Carrollton urolgoist stresses that bladder cancer is the fourth leading cancer in men
(Created: Wednesday, June 4, 2008 12:00 PM CDT)
June 9-15 is National Men’s Health Week
U.S. scientists have discovered one of the reasons why bladder cancer is so much more prevalent in men than women, according to a recent study published in the Journal of the National Cancer Institute.
Researchers at the University of Rochester Medical Center pointed to a molecular receptor or protein that is much more active in men than women. This protein plays a role in the development of the disease. The finding could open the door to new types of treatment with the disease. The study showed that the androgen receptor, which is central to the action of testosterone and other hormones that are much more plentiful in men than women, appears to play a key role in the disease.
But there have never been any marathons to raise money to find a cure for the disease or celebrities raising its profile even though bladder cancer has become the fourth leading type of cancer in men.
''The awareness isn't there, but it should be,'' said Dr. Frederick Leach, a urologic oncologist at Trinity Medical Center in Carrollton. ''There are very few patient advocacy groups and no strong voices for getting research dollars.''
When caught early, bladder cancer can be treated with minor surgery, with a survival rate of 94 percent. But once it has spread to surrounding organs, the main treatment is removal of the bladder, which frequently causes impotence and incontinence and lowers the survival rate to 49 percent.
''The typical scenario is that a doctor mistakes the symptoms of bladder cancer, such as blood in the urine and burning while urinating, for an infection of the prostate,'' Dr. Leach said.
It is more than three times as common in men as in women, and cigarette smoking, according to the National Cancer Institute, causes more than half of all deaths from bladder cancer. That occurs when carcinogens from smoke build up in the urine after being filtered out of the blood by the kidneys, and then damage the cells lining the bladder.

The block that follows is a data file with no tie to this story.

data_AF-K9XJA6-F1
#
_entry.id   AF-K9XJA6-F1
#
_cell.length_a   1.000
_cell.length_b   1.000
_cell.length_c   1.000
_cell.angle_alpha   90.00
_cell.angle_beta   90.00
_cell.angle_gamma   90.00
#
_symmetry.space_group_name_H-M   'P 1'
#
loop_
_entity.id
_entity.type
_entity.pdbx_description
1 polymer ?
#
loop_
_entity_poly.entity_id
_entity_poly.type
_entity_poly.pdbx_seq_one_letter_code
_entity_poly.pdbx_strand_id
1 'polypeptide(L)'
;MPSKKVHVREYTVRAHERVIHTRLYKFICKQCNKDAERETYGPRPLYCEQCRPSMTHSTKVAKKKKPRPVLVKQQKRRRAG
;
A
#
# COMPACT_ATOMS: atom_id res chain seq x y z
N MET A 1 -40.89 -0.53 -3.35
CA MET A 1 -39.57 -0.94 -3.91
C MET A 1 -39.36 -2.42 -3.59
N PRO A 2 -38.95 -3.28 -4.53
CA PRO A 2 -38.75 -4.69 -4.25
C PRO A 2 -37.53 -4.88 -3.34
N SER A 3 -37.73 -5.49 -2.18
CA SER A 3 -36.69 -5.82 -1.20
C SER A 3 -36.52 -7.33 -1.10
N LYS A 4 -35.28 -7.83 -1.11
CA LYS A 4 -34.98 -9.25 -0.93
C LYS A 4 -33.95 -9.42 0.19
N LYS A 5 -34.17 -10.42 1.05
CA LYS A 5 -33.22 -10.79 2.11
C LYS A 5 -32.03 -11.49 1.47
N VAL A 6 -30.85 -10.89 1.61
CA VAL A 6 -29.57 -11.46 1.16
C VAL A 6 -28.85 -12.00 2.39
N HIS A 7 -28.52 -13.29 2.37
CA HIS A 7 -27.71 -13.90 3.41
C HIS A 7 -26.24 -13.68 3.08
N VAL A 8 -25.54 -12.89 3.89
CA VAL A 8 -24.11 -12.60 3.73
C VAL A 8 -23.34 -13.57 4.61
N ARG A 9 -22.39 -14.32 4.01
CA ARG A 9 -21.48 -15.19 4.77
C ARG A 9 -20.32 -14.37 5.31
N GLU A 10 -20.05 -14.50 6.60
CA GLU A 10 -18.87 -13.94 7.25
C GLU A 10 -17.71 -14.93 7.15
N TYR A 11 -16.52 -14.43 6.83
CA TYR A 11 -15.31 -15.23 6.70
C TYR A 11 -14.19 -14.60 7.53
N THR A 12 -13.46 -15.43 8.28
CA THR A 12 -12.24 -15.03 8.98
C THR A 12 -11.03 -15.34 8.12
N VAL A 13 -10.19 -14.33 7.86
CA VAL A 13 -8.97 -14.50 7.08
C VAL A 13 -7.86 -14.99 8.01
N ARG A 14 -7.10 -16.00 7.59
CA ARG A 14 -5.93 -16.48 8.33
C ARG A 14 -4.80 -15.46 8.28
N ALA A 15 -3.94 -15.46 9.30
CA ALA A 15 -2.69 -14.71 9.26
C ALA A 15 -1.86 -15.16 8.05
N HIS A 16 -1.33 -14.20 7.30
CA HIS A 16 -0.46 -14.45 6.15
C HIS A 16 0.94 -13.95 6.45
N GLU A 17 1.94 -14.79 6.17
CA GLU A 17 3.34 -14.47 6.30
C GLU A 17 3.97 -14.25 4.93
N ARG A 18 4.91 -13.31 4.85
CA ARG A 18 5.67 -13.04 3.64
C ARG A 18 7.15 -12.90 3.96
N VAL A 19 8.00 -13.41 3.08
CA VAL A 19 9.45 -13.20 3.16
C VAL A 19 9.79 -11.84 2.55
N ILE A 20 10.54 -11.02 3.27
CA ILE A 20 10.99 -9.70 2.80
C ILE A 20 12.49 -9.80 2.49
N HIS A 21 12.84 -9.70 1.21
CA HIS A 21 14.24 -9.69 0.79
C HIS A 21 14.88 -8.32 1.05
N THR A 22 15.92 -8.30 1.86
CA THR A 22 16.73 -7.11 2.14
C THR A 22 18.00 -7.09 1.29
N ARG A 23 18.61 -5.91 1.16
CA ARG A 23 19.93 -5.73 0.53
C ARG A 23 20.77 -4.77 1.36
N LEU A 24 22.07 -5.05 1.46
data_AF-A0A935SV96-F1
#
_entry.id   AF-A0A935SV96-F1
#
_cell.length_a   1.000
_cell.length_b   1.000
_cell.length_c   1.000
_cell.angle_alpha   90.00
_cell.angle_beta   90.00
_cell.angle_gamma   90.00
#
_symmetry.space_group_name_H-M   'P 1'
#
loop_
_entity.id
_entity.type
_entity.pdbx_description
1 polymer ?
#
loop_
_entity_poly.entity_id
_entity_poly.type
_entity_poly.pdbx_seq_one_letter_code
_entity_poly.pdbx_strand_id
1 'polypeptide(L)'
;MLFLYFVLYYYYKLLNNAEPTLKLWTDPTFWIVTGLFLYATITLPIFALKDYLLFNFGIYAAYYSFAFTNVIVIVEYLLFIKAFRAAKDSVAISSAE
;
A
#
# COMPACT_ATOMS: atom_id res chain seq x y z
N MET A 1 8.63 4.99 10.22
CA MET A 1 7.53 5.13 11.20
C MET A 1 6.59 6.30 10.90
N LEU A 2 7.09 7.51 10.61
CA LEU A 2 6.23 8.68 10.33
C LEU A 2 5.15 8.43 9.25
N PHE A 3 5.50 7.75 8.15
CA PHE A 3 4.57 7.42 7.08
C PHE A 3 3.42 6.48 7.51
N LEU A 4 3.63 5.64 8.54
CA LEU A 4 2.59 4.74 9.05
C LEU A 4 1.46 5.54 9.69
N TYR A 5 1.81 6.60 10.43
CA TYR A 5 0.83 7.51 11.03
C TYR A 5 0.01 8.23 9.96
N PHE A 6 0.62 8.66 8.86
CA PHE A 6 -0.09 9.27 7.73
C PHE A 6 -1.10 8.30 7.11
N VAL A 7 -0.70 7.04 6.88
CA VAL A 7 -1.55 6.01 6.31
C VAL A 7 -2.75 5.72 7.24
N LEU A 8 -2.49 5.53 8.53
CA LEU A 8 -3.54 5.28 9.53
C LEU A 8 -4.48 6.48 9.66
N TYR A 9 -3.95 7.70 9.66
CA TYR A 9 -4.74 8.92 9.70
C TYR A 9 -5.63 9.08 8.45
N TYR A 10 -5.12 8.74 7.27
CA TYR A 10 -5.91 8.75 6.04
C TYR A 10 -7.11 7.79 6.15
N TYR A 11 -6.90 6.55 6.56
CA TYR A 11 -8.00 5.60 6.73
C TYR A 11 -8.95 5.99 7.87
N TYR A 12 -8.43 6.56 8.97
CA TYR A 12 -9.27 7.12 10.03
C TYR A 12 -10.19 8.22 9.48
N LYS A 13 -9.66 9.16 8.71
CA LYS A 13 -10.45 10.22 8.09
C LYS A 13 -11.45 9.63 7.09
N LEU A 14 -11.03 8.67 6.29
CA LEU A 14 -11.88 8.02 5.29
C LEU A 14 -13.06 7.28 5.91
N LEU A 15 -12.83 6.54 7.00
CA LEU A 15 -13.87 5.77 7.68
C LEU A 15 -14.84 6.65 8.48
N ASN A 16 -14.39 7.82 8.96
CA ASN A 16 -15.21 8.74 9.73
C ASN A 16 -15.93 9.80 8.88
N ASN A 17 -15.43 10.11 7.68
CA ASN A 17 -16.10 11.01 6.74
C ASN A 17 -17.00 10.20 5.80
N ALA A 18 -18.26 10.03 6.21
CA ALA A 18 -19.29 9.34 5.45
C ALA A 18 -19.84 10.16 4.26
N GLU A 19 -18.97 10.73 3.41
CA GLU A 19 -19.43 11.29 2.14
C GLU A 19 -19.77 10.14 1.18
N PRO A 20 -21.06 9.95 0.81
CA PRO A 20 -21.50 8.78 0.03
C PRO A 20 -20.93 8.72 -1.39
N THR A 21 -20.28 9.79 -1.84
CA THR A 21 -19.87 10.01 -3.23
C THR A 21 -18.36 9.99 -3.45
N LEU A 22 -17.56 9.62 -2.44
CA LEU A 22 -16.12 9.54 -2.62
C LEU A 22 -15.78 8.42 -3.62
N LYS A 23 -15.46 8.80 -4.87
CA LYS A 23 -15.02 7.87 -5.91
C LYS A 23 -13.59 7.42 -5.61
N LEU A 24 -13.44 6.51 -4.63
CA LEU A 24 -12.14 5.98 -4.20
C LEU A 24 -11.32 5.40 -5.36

There are no screening tests for bladder cancer. The gold-standard diagnostic test is cystoscopy, in which a fiber-optic scope is inserted into the bladder.
When the cancer is diagnosed before it has spread, it can often be removed with the bladder left intact. But when the cancer is distributed throughout the bladder or has invaded muscle and fat tissue outside it, the bladder is usually removed.
“Fortunately urologist can now perform reconstructive bladder surgery if the whole bladder has to be removed,” said Dr. Leach. “Several types of reconstructive surgery can be performed successfully, depending on your medical situation and personal preferences.”
Doctors say avoiding tobacco smoke is the most important step to reduce the risk. The American Cancer Society also recommends drinking several glasses of water or other nonalcoholic beverages a day. In a recent study, people who drank 11 cups a day cut their risk by half, compared with people who drank 6 cups. Researchers theorize ink that extra fluids reduce the bladder's exposure to cancer cells in the urine.
In the news it is almost a joke that its even listed as a cancer at all, HOW MANY KINDS OF CANCER HAVE YOU SEEN ON A LIST OF TYPES OF CANCER AND BLADDER CANCER ISNT EVEN ON THE LIST, really most people dont even know of such a thing until it strikes close to home. :'(